Interventional Treatment for Portal Venous Occlusion After Liver Transplantation: Long-Term Follow-Up Results

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Portal vein (PV) occlusion after liver transplant is an uncommon clinical situation, and percutaneous interventional treatment for this condition has not been widely described.

The aim of this study was to evaluate the long-term treatment effect of interventional treatment for PV occlusion after liver transplantation (LT).

Follow-up data of 13 patients who received interventional treatment for PV occlusion after LT between July 2007 and April 2013 were analyzed. Of these, 10 patients had portal hypertension-related signs and symptoms. Percutaneous balloon angioplasty and stent placement were performed, with percutaneous thrombolysis treatment as appropriate. Embolization therapy was required for significant collateral circulation. Technical and clinical success, complications, and patency of PV were analyzed.

Both technical and clinical success was achieved in 11 of the 13 patients (84.6%). Direct portogram showed limited PV occlusion in 7 patients and extensive PV occlusion in 4 patients. The former underwent balloon angioplasty followed by stent placement, while the latter underwent balloon angioplasty followed by stent placement and additional percutaneous thrombolysis treatment. Embolization therapy for collateral circulation was performed in all 4 patients with extensive PV occlusion and 1 patient with limited PV occlusion. All stents remained patency during the follow-up (28.5 ± 6.8 months). No portal hypertension-related symptoms reoccurred during follow-up.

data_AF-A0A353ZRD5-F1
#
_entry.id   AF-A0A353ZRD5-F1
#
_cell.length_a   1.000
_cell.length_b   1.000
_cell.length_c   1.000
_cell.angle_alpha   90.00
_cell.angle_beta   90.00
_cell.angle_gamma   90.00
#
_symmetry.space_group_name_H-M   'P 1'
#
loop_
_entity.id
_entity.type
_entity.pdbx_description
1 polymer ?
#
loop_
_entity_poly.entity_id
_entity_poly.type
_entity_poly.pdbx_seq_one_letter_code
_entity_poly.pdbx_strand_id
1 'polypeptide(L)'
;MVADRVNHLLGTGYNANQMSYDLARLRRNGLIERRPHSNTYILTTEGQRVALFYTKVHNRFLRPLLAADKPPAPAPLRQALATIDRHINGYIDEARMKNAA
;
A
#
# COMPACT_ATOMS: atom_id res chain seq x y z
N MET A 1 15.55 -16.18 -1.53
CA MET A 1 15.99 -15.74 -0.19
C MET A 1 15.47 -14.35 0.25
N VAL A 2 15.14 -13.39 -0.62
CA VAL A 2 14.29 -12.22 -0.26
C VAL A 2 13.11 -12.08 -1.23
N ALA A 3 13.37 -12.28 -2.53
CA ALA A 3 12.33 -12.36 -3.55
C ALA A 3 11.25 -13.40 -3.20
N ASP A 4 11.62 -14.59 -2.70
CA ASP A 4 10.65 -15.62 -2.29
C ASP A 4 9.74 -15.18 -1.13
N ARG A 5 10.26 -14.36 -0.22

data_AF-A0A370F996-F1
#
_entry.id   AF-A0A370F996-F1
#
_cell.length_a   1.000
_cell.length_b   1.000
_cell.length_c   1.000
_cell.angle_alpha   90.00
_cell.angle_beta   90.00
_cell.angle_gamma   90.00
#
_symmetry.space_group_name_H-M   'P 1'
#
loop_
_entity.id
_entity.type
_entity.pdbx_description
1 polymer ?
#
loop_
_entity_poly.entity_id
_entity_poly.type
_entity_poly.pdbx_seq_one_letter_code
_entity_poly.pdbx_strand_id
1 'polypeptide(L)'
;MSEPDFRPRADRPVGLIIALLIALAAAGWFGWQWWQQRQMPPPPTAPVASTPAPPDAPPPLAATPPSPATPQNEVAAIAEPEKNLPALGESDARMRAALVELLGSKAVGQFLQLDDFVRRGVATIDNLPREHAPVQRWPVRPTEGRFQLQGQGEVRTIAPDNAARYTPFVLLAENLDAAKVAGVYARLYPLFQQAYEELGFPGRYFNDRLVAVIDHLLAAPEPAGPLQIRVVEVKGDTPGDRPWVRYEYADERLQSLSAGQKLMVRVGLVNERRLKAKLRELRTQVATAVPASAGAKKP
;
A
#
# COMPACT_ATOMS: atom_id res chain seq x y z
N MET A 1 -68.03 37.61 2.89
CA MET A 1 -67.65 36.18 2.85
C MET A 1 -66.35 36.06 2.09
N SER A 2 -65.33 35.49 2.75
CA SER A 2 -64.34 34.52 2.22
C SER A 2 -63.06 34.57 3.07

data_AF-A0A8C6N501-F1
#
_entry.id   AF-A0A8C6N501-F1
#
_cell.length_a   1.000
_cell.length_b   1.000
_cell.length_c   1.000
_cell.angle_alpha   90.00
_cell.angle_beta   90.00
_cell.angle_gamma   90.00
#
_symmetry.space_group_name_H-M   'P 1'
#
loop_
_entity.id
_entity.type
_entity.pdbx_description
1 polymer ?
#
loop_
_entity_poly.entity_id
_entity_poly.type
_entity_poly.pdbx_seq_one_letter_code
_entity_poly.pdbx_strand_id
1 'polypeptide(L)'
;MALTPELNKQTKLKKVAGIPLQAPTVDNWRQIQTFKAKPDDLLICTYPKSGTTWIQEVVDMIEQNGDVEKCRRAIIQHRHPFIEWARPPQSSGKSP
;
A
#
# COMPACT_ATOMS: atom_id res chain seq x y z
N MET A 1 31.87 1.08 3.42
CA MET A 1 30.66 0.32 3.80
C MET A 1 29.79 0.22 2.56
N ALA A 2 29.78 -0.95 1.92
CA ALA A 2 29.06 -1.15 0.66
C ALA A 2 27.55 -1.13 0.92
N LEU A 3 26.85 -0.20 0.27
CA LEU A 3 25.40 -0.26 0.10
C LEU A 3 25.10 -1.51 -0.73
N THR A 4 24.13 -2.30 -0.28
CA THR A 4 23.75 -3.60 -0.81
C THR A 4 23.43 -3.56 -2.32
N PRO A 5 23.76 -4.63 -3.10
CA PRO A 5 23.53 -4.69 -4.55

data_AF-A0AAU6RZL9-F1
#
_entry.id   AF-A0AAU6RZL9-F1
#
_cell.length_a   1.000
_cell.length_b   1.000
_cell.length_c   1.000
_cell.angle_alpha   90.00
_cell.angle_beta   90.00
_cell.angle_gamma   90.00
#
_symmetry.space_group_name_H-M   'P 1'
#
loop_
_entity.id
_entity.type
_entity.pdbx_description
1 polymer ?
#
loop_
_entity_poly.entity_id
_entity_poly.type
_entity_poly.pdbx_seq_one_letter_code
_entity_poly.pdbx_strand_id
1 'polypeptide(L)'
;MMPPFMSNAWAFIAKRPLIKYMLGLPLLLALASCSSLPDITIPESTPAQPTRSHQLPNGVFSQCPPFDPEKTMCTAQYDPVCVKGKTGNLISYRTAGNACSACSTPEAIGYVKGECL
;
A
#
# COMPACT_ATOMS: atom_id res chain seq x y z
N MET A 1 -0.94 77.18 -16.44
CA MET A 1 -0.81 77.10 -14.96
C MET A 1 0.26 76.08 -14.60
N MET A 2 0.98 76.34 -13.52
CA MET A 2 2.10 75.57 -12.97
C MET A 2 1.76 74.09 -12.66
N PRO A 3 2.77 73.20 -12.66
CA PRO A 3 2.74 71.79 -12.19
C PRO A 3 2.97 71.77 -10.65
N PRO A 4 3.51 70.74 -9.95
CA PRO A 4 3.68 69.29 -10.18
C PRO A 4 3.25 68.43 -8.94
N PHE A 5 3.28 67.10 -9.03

In conclusion, interventional treatment for PV occlusion after LT showed a high success rate and good long-term results. Comprehensive interventional treatment should be used for extensive PV occlusion.

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